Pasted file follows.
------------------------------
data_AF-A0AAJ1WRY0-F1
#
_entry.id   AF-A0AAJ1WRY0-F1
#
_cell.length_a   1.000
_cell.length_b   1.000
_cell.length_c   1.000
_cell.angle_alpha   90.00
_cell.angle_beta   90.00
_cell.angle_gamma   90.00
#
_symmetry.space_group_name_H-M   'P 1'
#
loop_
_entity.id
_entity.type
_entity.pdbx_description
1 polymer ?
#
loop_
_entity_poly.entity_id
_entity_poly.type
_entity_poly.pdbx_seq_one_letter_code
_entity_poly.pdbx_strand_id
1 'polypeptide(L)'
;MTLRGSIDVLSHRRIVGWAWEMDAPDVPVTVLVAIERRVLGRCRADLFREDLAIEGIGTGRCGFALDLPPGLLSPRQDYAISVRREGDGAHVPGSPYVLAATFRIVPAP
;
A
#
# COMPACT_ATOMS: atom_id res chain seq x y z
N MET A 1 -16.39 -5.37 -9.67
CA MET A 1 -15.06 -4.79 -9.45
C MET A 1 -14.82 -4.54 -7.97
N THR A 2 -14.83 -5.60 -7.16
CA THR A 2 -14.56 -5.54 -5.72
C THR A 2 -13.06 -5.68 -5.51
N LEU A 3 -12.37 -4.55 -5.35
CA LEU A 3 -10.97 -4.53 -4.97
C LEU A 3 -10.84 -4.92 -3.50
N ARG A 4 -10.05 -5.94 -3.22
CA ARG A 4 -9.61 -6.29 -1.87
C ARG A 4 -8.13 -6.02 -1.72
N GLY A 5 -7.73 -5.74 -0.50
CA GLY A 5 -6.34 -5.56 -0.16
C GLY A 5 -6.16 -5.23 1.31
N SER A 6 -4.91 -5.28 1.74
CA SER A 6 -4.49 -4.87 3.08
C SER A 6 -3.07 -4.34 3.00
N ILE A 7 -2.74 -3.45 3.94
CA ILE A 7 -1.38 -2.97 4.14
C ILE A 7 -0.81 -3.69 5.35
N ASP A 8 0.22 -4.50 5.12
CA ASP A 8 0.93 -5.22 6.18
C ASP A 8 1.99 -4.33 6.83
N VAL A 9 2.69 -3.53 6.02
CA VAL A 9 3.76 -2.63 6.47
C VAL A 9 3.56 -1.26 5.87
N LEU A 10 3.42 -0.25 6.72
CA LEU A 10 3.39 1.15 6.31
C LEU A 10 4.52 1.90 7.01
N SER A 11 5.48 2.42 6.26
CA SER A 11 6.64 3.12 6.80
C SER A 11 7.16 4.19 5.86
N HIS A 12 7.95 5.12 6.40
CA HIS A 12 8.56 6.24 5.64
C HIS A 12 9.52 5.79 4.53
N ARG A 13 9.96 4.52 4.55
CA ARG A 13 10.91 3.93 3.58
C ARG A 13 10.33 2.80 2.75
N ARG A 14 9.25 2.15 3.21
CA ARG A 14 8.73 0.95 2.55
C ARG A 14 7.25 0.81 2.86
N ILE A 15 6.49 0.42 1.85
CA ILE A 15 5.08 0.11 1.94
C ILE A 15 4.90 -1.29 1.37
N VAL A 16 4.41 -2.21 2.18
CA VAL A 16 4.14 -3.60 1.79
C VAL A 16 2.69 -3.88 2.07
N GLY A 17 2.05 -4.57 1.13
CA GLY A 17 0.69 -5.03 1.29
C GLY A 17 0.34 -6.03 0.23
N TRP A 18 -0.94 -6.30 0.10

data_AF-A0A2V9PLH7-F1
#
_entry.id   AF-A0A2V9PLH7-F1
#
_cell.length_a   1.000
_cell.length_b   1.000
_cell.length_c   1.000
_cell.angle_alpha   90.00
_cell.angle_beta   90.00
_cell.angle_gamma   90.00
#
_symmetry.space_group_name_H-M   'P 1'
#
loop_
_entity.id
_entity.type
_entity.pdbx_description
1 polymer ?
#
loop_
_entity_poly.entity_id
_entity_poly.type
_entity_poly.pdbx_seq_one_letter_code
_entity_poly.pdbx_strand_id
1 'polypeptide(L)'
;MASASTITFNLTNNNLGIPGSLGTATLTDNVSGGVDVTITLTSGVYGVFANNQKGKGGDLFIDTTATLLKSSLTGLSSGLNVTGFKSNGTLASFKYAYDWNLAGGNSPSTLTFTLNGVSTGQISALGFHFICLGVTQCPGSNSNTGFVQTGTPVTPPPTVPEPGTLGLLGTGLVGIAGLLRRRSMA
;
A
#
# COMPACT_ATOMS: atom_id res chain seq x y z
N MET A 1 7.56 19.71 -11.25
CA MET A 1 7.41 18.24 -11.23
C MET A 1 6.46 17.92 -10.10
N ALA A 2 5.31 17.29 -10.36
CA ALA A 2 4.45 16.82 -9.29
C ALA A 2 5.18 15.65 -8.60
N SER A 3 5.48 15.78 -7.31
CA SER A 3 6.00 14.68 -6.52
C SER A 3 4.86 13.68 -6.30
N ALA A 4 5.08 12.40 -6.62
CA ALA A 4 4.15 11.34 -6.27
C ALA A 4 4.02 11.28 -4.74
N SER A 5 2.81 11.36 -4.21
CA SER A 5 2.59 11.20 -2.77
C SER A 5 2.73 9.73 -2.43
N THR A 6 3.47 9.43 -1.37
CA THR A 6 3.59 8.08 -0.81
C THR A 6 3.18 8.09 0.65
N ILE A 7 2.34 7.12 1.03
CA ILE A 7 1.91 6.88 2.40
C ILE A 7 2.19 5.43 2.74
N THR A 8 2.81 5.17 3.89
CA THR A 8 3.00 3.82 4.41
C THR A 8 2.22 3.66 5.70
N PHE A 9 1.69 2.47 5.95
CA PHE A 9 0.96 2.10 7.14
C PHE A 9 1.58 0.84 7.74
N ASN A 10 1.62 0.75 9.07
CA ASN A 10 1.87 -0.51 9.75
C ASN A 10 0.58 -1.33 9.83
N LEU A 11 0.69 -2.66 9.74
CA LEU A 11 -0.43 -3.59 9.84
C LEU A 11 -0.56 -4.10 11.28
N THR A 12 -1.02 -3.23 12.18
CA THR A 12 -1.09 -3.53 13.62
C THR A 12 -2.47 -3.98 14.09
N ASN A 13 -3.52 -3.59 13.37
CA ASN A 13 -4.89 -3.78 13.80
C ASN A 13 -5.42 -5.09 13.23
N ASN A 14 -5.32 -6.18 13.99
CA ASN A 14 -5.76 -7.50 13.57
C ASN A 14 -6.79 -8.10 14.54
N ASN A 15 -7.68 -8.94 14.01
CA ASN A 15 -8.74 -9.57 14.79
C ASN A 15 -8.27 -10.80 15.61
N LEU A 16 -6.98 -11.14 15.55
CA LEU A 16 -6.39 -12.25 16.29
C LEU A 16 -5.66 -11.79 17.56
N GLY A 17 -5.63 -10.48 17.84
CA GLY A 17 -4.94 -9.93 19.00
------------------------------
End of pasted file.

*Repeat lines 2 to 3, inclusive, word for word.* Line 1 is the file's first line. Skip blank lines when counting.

#
_entry.id   AF-A0AAJ1WRY0-F1